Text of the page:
Conventional wisdom may tell us that New York is the greatest city in the world, but there's at least one way it falls brutally short, again and again: the weather. For much of the calendar year, New York is either too hot, too cold or too humid— weather here is not something to be enjoyed, typically. It is something you endure, or, better still, ignore, as New Yorkers do, simply by refusing to go outside. Thing is, good weather really isn't required to enjoy New York—not in the least. There's so much to see, so much to do, the people watching in the streets is just as good in January as it is in June—being here is never a bad idea. Best of all, until spring arrives for real (like, according to the calendar, not according to freakish warm fronts), bargain hunters will find New York more affordable than just about any other time of year. In the mood for an invigorating break in the big city? No need to spend all year saving up—here's a handy guide to one of the best and cheapest weekends, ever.
Snag the hotel deal of the year
Like any other destination where a great deal of business is conducted, hotels will often drop in price on weekends, so there's that automatically in your favor. Unlike many other cities, for some reason, the lowest rates are almost reliably found on Sunday night, making a strong case for a leisurely, three-day weekend. A wealth of mid-range offerings have found their place in the city's formerly tight hotel market in recent years; you don't have to do too much heavy lifting to find rates below $150 per night on a winter weekend, whether you opt for safe, chain properties like the new Courtyard by Marriott, steps from the World Trade Center, or character-rich one-offs like the Jane Hotel, where a nightly stay in one of their ship cabin-like pods starts below $90 on some upcoming weekends. If you're really looking to save big and your plans are set in stone, for goodness' sake, don't pay retail—sites like Hotwire offer a chance to save a tremendous amount of money, for those willing to use the opaque Hot Rate feature. On a weekend in late February, for example, travelers have their pick of downtown Brooklyn's excellent three and four star hotels—at least five properties were listed for well under $99 a night, with everything you want and need in Manhattan just a few stops away on the train (better yet—walk across the Brooklyn Bridge). Up your budget to $125, and you're typically good to go in Downtown Manhattan at solid independents like Gild Hall, the World Center Hotel and others. Any frequent traveler can tell you—there are actually relatively few tourist-friendly city centers in North America where you could expect to do much better on price on a winter weekend. (No, really—check out rates in, say, Chicago. You might be surprised.)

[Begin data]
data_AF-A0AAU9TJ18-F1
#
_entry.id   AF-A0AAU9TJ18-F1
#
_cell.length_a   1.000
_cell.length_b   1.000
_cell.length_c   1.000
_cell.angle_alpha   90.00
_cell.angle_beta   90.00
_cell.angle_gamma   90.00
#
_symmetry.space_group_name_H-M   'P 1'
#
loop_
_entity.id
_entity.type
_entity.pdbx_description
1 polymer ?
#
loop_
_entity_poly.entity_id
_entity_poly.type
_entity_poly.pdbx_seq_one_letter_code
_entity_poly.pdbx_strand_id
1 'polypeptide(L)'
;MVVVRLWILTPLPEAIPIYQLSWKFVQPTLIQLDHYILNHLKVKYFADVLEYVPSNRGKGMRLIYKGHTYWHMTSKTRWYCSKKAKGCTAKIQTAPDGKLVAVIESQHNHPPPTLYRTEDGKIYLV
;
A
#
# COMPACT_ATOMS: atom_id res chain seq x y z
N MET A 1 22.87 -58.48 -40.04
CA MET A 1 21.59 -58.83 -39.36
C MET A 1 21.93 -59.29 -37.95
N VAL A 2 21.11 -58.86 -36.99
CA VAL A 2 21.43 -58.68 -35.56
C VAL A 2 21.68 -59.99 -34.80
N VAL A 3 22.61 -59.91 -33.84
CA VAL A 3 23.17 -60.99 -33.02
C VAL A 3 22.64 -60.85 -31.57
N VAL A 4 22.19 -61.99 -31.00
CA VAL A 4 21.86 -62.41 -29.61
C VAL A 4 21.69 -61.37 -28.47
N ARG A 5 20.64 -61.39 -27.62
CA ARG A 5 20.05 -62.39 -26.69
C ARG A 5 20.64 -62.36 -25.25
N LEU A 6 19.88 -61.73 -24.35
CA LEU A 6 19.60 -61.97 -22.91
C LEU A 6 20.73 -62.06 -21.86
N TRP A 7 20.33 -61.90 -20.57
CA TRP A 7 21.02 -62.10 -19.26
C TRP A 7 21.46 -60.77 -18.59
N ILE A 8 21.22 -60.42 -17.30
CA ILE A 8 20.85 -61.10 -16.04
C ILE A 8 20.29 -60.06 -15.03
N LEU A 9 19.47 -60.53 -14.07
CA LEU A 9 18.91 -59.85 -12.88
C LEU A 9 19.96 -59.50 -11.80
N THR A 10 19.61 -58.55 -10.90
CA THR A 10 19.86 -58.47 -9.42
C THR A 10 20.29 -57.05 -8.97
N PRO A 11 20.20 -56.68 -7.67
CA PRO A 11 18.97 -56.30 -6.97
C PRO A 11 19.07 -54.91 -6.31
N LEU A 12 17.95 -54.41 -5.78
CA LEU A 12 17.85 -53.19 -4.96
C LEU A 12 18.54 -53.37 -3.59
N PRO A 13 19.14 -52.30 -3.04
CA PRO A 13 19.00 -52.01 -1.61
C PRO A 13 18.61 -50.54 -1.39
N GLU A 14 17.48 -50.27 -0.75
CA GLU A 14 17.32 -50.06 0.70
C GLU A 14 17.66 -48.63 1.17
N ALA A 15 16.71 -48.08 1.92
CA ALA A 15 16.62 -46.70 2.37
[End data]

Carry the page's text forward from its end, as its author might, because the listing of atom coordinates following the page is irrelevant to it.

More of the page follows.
Eat your way around town (for less than you'd think)
There wasn't even a word for it, really, when the Chelsea Market made its debut on Ninth Avenue, back in the 1990s—the food hall craze sweeping the nation and the world had yet to even become a glimmer in the eye of developers. Today, the market remains one of the best of the genre, adding and refining its options to create one of the best collections of affordably priced, very good food in New York. Offering everything from just-spicy-enough, comforting Taiwanese beef noodle soup at Very Fresh Noodles to astonishingly legitimate Baja-style street tacos at Los Tacos No. 1 to textbook-perfect hummus and fresh-made pita at Dizengoff, few leave here unimpressed. This isn't the only good food hall in town, either. Near Grand Central, Urbanspace Vanderbilt has some excellent options; ditto the Pennsy, right by Madison Square Garden and Penn Station, an area never really known for good food. Down on the Lower East Side, the historic, city-owned Essex Street Market continues to be an underrated stop—look for cheap set lunches at Ni Japanese Deli, Greek comfort food at Boubouki, stellar bread at Pain d'Avignon and things to put on the bread at the estimable Saxelby Cheesemongers. Evenings out can be more of a challenge on a budget, but not if you know your way around neighborhoods like Koreatown, a centrally-located strip packed with a wealth of options beyond the smoky and expensive BBQ halls the area is known for. From Japanese curry to casual sandwiches to bubble tea to food courts with stalls packed with options, you can eat well for around $10 per person, if you want to.